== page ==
Shona Laing: Hindsight (Frenzy)

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The Mahatma's Army
Shona Laing: Hindsight (Frenzy)

This timing of this compilation of “hits, new recordings, alternate versions and rarities” could not be better.

A couple of months ago at the Taite Prize, Shona Laing's '87 album South was accorded the award for Independent Music NZ Classic Record, it's two most memorable songs (Glad I'm Not a Kennedy and the tight single edit of the chilling/thrilling Soviet Snow) opening this 21-song compilation.

Also, just last week the album's compiler Grant Gillanders was profiled at audioculture by Simon Grigg for his on-going commitment to re-presenting New Zealand music on CD and digital outlets.

Much of Laing's deep and wide catalogue went past many so here is a collection which ticks the hits, goes back to strong early material (her breakthrough 1905, the inspirational You Are The One, Show Your Love), essential songs (Mercy of Love among them) and four unreleased songs from '75 recorded in Britain when she was in Manfred Mann's Earthband (with Suzanne Lynch on backing vocals).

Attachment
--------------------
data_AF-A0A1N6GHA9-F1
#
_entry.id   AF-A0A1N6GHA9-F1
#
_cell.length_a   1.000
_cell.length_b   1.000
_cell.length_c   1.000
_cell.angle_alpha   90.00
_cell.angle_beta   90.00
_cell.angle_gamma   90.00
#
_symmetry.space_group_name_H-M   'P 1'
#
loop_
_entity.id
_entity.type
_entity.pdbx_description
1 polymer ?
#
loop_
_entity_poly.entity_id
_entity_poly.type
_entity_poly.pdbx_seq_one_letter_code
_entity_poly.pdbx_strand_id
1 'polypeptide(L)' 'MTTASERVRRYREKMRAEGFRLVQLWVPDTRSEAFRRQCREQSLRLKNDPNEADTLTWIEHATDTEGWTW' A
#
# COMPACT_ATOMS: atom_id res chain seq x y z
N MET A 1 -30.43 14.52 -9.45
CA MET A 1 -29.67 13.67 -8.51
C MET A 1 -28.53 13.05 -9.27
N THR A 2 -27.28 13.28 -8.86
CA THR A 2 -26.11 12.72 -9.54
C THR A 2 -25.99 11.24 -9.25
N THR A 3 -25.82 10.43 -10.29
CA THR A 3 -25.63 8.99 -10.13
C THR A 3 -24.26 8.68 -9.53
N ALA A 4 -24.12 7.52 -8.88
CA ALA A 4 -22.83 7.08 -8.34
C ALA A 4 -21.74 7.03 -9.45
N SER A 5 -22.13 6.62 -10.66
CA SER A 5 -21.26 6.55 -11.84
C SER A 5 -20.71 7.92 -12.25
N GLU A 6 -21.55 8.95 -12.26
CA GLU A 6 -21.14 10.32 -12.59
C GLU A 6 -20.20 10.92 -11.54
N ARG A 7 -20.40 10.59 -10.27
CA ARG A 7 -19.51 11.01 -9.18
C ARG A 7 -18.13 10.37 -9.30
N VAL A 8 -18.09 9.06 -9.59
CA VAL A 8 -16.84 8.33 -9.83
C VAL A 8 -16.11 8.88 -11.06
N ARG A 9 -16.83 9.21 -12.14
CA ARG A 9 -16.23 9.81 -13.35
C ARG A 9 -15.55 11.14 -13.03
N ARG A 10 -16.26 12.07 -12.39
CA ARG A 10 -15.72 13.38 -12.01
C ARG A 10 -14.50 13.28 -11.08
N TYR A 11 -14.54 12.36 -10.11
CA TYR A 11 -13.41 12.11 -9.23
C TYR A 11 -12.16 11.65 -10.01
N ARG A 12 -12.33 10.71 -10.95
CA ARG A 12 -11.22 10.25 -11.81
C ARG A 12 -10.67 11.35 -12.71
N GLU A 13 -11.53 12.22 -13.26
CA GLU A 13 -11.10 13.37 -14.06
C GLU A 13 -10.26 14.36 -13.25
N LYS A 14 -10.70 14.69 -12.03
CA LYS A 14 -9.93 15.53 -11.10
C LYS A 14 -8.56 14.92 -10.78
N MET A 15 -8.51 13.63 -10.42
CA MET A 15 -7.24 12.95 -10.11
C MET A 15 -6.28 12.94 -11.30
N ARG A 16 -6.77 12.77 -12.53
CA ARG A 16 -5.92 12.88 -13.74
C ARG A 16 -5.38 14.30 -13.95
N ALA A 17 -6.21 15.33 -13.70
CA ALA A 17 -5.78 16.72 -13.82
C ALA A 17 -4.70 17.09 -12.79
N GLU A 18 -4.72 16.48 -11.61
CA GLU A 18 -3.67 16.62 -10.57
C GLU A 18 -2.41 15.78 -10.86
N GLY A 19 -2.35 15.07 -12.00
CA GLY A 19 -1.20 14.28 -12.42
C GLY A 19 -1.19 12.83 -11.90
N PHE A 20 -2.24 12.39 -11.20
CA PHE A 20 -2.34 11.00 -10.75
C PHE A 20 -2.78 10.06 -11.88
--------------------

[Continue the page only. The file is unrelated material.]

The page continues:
But notably also are two excellent recent re-recordings: a hypnotic treatment of Mahatma's Army (“I am a soldier of peace”) with Liam Ryan on keyboards, guitarist Gary Verberne and drummer Larry Killip (Sarah Spicer on backing vocals) and the same team on the gentle Vagrant Heart.

And right at the end there's a handclap version of the locally popular We'll Sing in the Sunshine with Tom Sharplin and the Seventies electrofunk of I Who Have Nothing (yes, an overhaul of the song Shirley Bassey belted out) with Manfred Mann's Earthband.

From 1905 to that unexpected cover in just a few years was quite some journey, but Laing's story was only beginning in the mid Seventies.

Yes, there are omissions which some folk might have wanted to hear again (Highway Warriors, Drive Baby Drive, Thief to Silver) but this wasn't that kind of collection.

Gillanders and Laing have cherry-picked key songs to hook you in but then pushed into lesserly explored areas of her catalogue and delivered new and previously unreleased material.

That makes for a collection which is quietly revelatory but also in places familiar.

Smart.


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